This price hike is a really big dill

The patch of dill in my garden has overtaken the small area where I let it go to seed last year, staking out territory meant for the winter squash that is now competing for space with the leggy, feathery-leaved plants. This complaint about an overabundance of an herb is probably irksome to many of our Australian readers who are facing both shortages and shockingly high prices for many common herbs due to recent flooding in New South Wales.

At one supermarket a bunch of coriander (cilantro) was selling for $11 AUS. Customers are balking at spending more for herbs than for the meat used in their recipes. As one shopper said, “I only got mint, because it seemed too bizarre to spend $14 on herbs when I was getting 500g of organic beef for $11.” These price hikes comes weeks after prices for lettuce also rocketed to astronomical heights.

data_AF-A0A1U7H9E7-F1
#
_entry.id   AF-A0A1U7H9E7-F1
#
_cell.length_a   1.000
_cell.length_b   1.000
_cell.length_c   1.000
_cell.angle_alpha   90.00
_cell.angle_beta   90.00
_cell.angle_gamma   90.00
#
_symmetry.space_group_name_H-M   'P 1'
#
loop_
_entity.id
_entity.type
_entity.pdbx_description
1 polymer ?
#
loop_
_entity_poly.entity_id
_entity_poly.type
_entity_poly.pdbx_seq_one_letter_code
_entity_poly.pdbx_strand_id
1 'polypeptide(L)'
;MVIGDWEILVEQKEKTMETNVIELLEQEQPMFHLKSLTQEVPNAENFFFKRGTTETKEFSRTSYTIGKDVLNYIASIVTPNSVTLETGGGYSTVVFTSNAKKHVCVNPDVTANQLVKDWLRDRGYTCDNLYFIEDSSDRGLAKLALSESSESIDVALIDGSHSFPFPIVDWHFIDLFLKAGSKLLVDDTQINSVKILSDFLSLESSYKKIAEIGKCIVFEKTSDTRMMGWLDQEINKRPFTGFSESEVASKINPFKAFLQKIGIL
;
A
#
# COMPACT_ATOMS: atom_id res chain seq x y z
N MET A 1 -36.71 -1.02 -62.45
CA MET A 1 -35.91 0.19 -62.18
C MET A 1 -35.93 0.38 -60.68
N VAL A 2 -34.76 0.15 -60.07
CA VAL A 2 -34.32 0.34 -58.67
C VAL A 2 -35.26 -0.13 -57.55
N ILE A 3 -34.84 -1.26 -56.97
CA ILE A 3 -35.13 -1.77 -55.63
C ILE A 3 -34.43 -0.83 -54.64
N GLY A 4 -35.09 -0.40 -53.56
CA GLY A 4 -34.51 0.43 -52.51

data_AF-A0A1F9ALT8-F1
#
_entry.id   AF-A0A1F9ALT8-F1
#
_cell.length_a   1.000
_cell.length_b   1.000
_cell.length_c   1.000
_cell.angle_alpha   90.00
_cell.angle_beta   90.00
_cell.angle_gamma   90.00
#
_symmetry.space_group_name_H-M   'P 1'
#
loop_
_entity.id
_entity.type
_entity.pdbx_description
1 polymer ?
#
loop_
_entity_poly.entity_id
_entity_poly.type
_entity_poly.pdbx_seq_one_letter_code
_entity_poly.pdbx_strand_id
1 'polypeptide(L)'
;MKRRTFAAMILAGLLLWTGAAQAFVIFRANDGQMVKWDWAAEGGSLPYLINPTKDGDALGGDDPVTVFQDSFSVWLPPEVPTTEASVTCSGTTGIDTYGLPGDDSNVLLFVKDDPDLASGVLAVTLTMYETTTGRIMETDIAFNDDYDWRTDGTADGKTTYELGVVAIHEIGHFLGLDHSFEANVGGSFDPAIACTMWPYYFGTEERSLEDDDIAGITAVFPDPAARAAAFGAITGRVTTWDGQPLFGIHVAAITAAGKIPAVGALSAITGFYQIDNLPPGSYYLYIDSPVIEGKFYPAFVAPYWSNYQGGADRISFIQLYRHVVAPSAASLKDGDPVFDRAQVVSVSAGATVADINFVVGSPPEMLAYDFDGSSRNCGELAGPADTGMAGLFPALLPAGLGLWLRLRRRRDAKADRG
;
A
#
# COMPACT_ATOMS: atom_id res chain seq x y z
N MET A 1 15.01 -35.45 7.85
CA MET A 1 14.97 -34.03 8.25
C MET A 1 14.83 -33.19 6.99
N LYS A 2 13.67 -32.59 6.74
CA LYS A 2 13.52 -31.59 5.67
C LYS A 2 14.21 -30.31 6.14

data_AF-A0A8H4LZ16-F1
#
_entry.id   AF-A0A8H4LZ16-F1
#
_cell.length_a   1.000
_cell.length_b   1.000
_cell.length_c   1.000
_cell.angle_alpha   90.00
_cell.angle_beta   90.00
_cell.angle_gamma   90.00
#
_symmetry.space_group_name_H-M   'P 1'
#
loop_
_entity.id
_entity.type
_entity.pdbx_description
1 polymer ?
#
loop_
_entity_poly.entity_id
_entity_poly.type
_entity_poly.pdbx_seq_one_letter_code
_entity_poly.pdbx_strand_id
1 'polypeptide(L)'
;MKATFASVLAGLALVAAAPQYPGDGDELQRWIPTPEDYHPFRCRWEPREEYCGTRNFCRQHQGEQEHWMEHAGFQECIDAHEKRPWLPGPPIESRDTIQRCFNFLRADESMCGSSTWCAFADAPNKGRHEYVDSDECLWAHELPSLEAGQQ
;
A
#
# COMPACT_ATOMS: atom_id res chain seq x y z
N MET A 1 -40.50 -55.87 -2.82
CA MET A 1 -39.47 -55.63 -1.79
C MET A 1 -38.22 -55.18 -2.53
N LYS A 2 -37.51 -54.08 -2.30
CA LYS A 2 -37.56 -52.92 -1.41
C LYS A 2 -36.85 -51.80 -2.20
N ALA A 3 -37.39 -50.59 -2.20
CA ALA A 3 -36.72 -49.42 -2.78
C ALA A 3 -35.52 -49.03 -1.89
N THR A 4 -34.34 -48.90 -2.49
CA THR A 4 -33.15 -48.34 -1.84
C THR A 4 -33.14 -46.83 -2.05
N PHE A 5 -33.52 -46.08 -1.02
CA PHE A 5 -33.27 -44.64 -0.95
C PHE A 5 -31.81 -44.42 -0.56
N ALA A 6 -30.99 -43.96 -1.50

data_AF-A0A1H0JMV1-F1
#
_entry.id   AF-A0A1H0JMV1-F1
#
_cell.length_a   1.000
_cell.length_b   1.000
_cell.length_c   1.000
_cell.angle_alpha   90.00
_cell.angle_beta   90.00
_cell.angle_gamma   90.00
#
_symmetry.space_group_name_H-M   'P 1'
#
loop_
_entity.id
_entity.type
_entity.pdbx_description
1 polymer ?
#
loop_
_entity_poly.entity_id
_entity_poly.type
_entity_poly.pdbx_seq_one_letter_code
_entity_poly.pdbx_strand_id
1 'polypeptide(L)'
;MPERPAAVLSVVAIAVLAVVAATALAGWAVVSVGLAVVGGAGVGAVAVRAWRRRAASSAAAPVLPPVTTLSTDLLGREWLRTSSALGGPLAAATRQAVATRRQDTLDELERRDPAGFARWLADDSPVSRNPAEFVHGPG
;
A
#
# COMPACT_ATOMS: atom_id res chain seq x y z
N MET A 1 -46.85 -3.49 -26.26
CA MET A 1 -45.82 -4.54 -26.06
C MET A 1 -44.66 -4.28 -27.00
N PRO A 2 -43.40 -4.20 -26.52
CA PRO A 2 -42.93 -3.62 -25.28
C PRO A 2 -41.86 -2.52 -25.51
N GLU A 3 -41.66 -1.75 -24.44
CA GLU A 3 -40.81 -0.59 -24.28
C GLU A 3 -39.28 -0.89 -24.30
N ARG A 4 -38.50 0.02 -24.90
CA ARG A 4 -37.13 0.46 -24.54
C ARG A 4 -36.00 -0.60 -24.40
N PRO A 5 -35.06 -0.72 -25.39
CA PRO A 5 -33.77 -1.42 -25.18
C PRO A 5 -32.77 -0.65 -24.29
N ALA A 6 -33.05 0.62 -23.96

The drastic rise in costs is exacerbated by other market conditions resulting in inflation across many sectors, but especially in the grocery area. This is pulling shoppers back into gardening mode, which they had picked up to bide their time during the pandemic but had let slip once lockdowns ended. A hit to their pocketbooks made many pick up their spades and watering cans again. Herbs are one of the best plants to grow at home because most of them can be grown in containers and will continuously produce if properly trimmed, fed, and watered.

As for my dill, what I don’t use or give away this summer I will dry for use during the long Minnesota winters. I will probably let a fair amount go to seed so I will have plenty of dill again next year. Happiness is a wild herb garden.

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  • kestypes  on  July 19, 2022

    Funny you should mention Australia and herbs. I am trying to become self-sufficient in at least salad leaves, coriander, dill, basil, French tarragon. I spend a fortune on those things. Mind you, I’m not surprised an iceberg lettuce is $10. It is the middle of winter, after all and has to travel thousands of kilometres.

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